Epionce sent us some insider knowledge earlier this week and we feel like we should share this knowledge to you as well. There’s a big difference when dealing with Men’s skin compared to Women’s skin. Epionce has identified four tips that can help understand how to care for men’s skin:
- Male facial skin is different than female facial skin – slightly. Most of the differences in female vs. male skin can be credited to hormonal variances rather than physiological differences. Men have higher androgenic activity, which contributes to bearded skin, male hair-loss, active sebaceous glands, hair growth, and type of hair on the body. Men also rarely experience melasma, which is attributed to estrogenic imbalance.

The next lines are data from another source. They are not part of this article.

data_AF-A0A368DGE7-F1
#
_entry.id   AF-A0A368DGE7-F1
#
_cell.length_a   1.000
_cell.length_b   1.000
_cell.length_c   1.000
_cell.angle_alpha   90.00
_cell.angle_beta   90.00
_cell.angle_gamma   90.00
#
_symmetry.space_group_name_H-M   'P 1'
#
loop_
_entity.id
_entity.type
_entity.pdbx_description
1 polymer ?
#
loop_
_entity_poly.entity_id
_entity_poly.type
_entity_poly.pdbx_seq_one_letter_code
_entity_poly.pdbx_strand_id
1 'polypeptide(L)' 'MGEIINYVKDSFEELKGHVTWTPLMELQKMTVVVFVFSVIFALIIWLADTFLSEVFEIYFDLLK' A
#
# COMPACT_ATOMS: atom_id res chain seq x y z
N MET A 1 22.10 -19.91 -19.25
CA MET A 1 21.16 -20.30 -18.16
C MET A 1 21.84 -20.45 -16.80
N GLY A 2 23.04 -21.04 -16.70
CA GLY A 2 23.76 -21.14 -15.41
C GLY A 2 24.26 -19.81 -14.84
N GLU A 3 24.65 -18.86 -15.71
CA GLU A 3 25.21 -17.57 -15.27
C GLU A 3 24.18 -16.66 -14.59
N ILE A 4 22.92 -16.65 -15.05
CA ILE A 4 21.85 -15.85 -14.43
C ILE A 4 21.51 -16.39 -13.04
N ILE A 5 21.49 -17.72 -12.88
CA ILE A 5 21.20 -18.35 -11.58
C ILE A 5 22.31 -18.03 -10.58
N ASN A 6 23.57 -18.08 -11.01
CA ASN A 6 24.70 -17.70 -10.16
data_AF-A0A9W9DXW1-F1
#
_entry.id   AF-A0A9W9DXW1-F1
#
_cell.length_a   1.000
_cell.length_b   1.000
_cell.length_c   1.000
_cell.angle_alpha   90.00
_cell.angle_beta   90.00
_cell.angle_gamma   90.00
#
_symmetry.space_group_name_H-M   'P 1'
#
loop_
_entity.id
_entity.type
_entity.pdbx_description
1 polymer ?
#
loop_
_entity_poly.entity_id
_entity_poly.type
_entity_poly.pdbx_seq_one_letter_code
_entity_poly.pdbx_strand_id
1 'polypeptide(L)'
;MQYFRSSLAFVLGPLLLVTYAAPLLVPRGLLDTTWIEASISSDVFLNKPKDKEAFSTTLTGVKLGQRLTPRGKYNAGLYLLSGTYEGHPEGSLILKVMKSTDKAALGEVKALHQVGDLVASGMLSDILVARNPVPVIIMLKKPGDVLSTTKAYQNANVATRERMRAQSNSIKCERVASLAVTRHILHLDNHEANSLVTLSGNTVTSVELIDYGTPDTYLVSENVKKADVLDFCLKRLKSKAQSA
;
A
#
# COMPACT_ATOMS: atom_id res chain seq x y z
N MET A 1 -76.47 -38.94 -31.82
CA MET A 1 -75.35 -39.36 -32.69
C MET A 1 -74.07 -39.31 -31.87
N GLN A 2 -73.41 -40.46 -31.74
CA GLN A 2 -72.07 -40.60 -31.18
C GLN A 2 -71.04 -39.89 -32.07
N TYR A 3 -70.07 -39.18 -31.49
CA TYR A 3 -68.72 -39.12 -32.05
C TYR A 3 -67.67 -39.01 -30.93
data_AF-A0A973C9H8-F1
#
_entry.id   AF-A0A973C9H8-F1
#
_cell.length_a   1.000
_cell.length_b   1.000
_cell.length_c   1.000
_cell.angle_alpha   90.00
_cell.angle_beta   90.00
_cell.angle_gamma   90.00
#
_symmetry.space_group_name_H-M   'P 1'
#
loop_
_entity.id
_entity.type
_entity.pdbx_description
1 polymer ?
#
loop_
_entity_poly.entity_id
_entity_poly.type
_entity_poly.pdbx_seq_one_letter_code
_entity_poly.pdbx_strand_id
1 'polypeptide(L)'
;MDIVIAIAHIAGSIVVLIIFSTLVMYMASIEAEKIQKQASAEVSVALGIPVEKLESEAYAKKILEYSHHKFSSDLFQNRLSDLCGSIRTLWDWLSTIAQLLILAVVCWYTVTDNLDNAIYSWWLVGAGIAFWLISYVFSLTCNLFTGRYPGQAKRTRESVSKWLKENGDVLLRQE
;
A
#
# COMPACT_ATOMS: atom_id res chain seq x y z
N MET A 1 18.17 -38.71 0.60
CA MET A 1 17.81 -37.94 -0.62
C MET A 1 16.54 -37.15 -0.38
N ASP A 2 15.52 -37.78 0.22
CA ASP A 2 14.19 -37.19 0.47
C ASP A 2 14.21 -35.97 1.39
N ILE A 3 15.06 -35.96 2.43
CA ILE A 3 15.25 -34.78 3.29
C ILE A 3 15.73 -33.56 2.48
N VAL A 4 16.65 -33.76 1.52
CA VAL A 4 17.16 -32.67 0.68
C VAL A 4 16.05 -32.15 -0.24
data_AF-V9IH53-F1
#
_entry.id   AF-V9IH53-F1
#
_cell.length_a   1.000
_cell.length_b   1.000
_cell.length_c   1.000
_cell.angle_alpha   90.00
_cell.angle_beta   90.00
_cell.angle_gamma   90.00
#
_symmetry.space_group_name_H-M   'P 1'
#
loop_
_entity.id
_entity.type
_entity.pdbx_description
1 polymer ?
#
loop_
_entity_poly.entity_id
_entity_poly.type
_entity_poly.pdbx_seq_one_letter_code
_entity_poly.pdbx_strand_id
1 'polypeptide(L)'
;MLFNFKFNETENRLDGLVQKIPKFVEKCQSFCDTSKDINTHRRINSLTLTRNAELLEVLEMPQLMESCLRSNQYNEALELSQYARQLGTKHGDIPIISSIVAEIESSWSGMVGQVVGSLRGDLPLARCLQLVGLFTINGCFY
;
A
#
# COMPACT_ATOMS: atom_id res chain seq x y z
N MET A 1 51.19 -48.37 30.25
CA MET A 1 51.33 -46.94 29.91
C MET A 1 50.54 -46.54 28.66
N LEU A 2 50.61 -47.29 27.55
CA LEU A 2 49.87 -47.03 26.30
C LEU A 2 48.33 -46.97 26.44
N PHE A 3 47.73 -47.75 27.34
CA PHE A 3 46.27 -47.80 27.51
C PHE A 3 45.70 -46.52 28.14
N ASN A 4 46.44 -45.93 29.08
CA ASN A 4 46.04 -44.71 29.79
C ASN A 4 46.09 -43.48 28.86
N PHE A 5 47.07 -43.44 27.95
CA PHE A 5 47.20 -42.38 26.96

- Most men shave every day. Shaving every day stimulates cell turnover. For this reason, male facial skin tends to be thicker than female facial skin. Men do not require a lot of extra emolliency in their facial products, but it’s best to follow shaving with a barrier strengthening product to help minimize the effects of damaging chronic inflammation.
- Acne tends to be more severe in males than females. Due to higher amounts of androgen hormone in men, males experience severe grades of acne. Additionally, males have problem skin in their teens and generally clear by their 20s. Women may experience acne well into their 20’s and beyond.
- Middle-aged men have a higher incidence in melanoma skin cancer than women. Up until age 40, significantly more women develop melanoma than men (1 in 391 women vs. 1 in 691 men). After age 40, significantly more men develop melanoma than women. Overall, one in 35 men and one in 54 women will develop melanoma in their lifetimes. After age 50, the majority of melanoma cancers diagnosed are in Caucasian men over the age of 50. How to prevent: Get your teenage son in the habit of wearing sunscreen every day, regardless of the weather.